In November 2003 the Department for Employment and Learning commissioned a review of its relationship with the University for Industry (UfI)/learndirect. The report, presented in May 2004, identified a number of positive findings; for example, that UfI/learndirect supported the widening access agenda. However, the review also identified several areas of major concern including poor support for learner tracking or progression, and a decrease in 'on-line' learning from 80 per cent. in 1999 to 20 per cent. in 200304.
A review of Enterprise Ulster commenced in September 2004 focusing on Enterprise Ulster's role and performance. The draft report is due to be presented to the Department in December.
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An evaluation of Worktrack was completed in May 2002, which concluded that, with some modifications there was a continuing need for the programme, at that time. Since then, the economic climate has improved, unemployment is at a very low level and there are more job opportunities. The programme is therefore considered to have a lower priority than other competing demands. The costs of an employment placement under Worktrack are also high. There is other provision available to assist people into work and significant resources available to increase skills through higher and further education.
Mr. Dodds: To ask the Secretary of State for Northern Ireland how much has been allocated from public funds on learndirect in (a) North Belfast and (b) Northern Ireland in each year since 2000. 
Mr. Gardiner: Since the introduction of Learndirect in March 2000, 43,544 people have undertaken learning through the network of Learndirect centres in Northern Ireland this includes 2,394 learners in centres in North Belfast.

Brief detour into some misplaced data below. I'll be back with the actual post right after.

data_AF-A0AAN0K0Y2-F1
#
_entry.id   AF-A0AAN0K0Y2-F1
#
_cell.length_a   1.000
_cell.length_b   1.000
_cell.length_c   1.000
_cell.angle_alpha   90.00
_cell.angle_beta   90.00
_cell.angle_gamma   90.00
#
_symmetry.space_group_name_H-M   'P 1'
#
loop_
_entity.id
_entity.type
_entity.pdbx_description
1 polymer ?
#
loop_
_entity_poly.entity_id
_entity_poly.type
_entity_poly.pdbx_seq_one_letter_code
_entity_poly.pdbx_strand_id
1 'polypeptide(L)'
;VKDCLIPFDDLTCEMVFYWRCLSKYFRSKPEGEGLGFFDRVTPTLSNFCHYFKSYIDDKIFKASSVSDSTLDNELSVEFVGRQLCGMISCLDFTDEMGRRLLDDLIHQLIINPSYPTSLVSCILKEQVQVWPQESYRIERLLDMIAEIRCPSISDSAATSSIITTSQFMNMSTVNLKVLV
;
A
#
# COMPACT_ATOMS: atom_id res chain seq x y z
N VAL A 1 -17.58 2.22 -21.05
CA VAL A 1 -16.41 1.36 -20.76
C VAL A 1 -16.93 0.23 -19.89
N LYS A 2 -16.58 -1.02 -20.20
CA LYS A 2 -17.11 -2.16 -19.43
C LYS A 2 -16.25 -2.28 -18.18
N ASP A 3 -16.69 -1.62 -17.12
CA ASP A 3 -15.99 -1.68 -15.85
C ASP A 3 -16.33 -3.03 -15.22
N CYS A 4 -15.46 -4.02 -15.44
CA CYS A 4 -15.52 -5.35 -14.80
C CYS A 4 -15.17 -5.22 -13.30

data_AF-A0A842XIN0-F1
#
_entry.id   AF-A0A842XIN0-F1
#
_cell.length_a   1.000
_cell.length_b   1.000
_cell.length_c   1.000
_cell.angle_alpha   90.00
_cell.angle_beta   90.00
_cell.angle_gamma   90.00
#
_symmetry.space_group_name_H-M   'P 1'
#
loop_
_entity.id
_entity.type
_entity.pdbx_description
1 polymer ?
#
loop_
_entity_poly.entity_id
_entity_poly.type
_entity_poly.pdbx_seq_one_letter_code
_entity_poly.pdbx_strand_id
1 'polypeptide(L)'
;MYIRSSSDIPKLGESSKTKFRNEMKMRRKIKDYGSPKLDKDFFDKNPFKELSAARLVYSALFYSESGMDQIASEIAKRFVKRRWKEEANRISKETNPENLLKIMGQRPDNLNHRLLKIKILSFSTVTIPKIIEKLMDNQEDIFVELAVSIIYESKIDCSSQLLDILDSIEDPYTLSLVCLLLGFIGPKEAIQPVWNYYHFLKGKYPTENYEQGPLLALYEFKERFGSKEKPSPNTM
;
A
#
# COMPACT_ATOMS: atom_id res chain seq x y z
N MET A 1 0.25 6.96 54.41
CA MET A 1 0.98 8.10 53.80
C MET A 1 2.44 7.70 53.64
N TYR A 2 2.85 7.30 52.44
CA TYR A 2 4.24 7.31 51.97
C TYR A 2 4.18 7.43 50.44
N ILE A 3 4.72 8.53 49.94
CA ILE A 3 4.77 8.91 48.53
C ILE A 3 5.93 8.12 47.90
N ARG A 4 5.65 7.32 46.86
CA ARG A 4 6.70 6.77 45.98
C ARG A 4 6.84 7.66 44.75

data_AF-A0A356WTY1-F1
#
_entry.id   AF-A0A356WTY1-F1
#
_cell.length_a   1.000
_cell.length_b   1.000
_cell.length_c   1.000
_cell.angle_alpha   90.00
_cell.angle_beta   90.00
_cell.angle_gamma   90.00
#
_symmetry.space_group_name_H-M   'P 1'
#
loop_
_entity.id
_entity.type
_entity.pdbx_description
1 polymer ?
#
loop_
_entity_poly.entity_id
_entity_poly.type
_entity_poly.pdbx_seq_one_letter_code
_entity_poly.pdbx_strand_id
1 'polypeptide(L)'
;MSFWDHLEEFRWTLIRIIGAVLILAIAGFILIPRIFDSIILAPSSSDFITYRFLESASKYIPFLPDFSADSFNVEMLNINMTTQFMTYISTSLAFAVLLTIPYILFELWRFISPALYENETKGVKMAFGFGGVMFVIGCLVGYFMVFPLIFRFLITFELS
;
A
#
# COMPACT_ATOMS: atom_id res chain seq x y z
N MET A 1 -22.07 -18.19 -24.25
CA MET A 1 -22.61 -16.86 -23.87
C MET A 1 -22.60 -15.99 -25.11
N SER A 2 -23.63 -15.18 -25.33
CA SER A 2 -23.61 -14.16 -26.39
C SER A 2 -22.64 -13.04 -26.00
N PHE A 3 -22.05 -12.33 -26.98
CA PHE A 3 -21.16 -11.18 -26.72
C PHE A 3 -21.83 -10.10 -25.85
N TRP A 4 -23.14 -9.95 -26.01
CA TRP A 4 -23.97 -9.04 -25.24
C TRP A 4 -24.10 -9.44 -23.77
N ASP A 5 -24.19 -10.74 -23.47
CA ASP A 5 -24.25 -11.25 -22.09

Mr. Hume: To ask the Secretary of State for Northern Ireland what percentage of people in (a) Northern Ireland and (b) Foyle constituency entered paid employment within six months of completing each New Deal and Worktrack programme in the last 12 months for which figures are available. 
The percentage of people in (a) Northern Ireland and (b) Foyle Consistency entering paid employment within six months of leaving the two main New Deals and the Worktrack programme are as follows.
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|Programme||All leavers||Into employment||Percentage into employment|
|(a) Northern Ireland|
|New Deal 18 to 24||8032||2214||28|
|New Deal 25 +||6946||1348||19|
|New Deal 18 to 24||1124||242||22|
|New Deal 25 +||711||97||14|
Mr. McGrady: To ask the Secretary of State for Northern Ireland what steps are being taken to reduce the Occupational Therapy Assessment waiting list in the Newry and Mourne health trust area. 
Angela Smith: Newry and Mourne health and social services trust has advised that waiting times for occupational therapy assessments have been affected by difficulties in filling vacancies in the service. Action is being taken to overcome these. In addition, an Activity of Daily Living (ADL) clinic has been set up and this has already made an impact on the waiting list. For those unable to travel to the clinic, domiciliary visits are being arranged in the near future to assess their needs.